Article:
If you have anything to do with intelligent teenagers (children, siblings, students, colleagues), you’ll have heard that the only political belief worth having at the moment is libertarianism. Teenage libertarians, unlike all too many of the grown-ups who lay claim to the ideology, are often very intelligent and not at all vicious. They are usually more entertaining and more engaged than their peers, and rather than scream about tax cuts until they’ve grown throat nodules the size of ping-pong balls they’ll consider other political or economic doctrines and acknowledge the justice in them. If you doubt this, consider the Renegade Craft Fair.
Renegade tours the United States, with a stop in London as well. In Los Angeles, it featured a hands-on woodworking truck, where kids could get a feel for craft. Food was (of course) supplied by food trucks, including fried chicken from a Michelin-starred chef. As for the stalls themselves, there was more cute pastel letter-press printing, more mustache silhouetting, and more DIY t-shirt producing than really seems necessary. A new favorite medium was old books, which artisans use to make jewelry, wallets and notebooks (the cover of my new notebook was taken from Some Thoughts on Catholic Apologetics). In between all of that we found a pair of tea-blenders from San Francisco, an Art Institute-trained illustrator, a woman who made pornographic bicycle bells, and a woman with a naturally-made-popsicle cart that had a steady and well-deserved line of 15 people from 11:30 on.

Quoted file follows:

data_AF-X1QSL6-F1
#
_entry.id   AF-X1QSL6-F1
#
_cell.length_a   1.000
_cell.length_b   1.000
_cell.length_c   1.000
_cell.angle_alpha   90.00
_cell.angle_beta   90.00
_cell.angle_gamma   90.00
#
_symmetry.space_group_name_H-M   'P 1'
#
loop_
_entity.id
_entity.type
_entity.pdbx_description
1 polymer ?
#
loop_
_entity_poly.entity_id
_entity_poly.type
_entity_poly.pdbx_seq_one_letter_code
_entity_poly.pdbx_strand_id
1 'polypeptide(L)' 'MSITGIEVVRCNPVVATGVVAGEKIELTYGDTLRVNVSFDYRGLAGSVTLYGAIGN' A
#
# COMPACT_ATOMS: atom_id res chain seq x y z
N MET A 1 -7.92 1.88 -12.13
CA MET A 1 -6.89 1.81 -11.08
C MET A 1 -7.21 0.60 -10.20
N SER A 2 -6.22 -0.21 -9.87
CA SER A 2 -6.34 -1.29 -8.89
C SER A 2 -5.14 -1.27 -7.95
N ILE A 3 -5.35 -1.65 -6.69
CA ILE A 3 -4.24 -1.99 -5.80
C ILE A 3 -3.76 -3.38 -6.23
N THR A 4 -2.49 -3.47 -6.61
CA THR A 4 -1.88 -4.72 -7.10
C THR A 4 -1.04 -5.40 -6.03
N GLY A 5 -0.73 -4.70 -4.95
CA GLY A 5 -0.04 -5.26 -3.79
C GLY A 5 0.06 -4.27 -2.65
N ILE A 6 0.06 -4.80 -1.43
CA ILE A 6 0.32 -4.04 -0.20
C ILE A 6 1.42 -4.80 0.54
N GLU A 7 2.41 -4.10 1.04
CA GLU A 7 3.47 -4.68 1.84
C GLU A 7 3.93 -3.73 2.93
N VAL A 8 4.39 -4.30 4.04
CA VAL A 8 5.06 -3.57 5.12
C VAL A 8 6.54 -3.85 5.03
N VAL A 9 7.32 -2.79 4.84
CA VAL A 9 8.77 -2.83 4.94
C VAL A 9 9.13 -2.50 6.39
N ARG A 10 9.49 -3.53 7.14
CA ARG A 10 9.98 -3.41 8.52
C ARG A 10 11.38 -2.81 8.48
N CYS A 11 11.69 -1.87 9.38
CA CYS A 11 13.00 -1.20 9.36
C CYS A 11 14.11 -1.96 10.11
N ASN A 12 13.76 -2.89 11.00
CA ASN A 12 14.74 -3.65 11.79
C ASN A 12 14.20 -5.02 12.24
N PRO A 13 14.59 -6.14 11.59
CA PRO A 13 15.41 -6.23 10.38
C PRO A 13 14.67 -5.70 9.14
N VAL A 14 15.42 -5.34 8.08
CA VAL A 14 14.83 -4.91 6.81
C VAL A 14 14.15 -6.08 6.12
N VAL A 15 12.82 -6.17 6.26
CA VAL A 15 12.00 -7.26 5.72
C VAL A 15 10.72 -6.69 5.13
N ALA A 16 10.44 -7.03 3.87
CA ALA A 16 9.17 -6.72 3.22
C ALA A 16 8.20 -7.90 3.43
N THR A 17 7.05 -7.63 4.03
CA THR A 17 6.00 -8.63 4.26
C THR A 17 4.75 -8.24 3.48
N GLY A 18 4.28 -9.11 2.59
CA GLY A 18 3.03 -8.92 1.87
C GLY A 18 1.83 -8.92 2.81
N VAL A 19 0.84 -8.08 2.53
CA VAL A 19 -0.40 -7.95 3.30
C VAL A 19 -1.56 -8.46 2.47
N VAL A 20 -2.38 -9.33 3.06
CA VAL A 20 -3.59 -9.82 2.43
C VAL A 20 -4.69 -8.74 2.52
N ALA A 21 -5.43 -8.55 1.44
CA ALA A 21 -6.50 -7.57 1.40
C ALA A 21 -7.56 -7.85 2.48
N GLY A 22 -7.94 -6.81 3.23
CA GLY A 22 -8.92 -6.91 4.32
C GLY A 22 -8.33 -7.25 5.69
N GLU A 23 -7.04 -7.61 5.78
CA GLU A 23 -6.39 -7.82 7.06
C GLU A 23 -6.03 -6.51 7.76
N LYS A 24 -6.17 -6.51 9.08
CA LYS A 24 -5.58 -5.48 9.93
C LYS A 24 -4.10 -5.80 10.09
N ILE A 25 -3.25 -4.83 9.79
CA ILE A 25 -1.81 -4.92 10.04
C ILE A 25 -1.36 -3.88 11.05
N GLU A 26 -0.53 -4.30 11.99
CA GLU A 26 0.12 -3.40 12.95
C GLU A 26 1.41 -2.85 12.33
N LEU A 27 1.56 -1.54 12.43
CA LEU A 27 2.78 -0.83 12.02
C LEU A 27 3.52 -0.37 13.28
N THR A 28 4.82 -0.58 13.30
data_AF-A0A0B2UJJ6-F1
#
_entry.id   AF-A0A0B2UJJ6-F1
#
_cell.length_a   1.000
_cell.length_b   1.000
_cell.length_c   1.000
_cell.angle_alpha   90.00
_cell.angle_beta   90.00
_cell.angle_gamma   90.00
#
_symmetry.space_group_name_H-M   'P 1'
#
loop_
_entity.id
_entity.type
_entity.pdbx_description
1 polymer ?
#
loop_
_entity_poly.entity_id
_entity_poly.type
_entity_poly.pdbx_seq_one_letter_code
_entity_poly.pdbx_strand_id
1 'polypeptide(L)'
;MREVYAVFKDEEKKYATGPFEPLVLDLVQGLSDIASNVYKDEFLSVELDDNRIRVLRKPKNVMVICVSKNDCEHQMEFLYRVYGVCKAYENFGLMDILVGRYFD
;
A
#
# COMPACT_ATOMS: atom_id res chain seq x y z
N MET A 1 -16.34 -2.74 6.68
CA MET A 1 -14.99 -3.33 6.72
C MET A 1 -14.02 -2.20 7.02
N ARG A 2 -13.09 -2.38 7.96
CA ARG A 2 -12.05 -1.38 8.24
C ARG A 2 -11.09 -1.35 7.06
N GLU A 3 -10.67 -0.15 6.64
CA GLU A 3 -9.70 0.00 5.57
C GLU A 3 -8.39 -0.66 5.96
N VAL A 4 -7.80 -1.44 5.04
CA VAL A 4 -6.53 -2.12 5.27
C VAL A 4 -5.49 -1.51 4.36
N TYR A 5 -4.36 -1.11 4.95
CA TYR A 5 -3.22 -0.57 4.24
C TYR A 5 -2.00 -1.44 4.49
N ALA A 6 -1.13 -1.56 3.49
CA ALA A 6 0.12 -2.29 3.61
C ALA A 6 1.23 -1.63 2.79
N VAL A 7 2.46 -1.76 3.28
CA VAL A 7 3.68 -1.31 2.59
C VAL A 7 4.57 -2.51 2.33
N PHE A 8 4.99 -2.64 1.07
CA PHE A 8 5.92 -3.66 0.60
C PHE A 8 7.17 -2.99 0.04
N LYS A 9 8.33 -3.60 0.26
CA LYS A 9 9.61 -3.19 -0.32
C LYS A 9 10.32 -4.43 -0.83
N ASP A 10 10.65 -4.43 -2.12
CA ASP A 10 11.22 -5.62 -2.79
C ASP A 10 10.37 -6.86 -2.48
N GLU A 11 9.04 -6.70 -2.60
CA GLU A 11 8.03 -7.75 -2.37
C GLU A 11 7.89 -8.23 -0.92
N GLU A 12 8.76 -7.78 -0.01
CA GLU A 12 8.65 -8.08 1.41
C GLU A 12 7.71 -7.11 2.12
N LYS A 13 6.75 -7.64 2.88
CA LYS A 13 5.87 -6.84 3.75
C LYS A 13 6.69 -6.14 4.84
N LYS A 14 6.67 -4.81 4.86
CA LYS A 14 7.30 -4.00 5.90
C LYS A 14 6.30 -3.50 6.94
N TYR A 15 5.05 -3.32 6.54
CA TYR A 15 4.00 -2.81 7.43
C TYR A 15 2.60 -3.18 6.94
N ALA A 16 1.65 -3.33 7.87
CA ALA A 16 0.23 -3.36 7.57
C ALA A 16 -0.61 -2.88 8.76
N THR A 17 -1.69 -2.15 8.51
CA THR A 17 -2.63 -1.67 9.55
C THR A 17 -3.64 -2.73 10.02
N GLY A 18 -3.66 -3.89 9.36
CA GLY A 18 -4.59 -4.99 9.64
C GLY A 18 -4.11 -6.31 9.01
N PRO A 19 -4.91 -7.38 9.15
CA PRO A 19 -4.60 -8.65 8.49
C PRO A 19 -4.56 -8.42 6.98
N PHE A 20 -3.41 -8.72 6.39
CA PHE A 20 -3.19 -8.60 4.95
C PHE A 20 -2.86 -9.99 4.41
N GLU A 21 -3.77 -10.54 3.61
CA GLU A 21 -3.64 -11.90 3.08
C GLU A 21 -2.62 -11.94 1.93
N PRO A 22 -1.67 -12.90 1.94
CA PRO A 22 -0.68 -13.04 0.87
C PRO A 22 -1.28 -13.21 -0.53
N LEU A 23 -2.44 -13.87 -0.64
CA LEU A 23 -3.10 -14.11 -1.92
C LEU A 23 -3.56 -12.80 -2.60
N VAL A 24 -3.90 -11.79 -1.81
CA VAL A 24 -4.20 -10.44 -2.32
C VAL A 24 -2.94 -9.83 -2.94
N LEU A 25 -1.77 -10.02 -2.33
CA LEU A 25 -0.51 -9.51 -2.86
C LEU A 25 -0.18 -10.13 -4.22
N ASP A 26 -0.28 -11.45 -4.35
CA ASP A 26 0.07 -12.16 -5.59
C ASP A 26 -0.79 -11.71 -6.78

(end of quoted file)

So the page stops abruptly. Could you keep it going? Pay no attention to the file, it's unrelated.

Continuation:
To me, Renegade looks like a pomo version of William Morris and John Ruskin’s Arts & Crafts movement, except that whereas Morris and Ruskin sought to recover traditional craft excellence in the first industrial age, these artisans are creating new types of craft excellence—nobody there is interested in traditional crafts—informed by ideals of sustainability and the increasingly prevalent aesthetic of cute/fey/twee.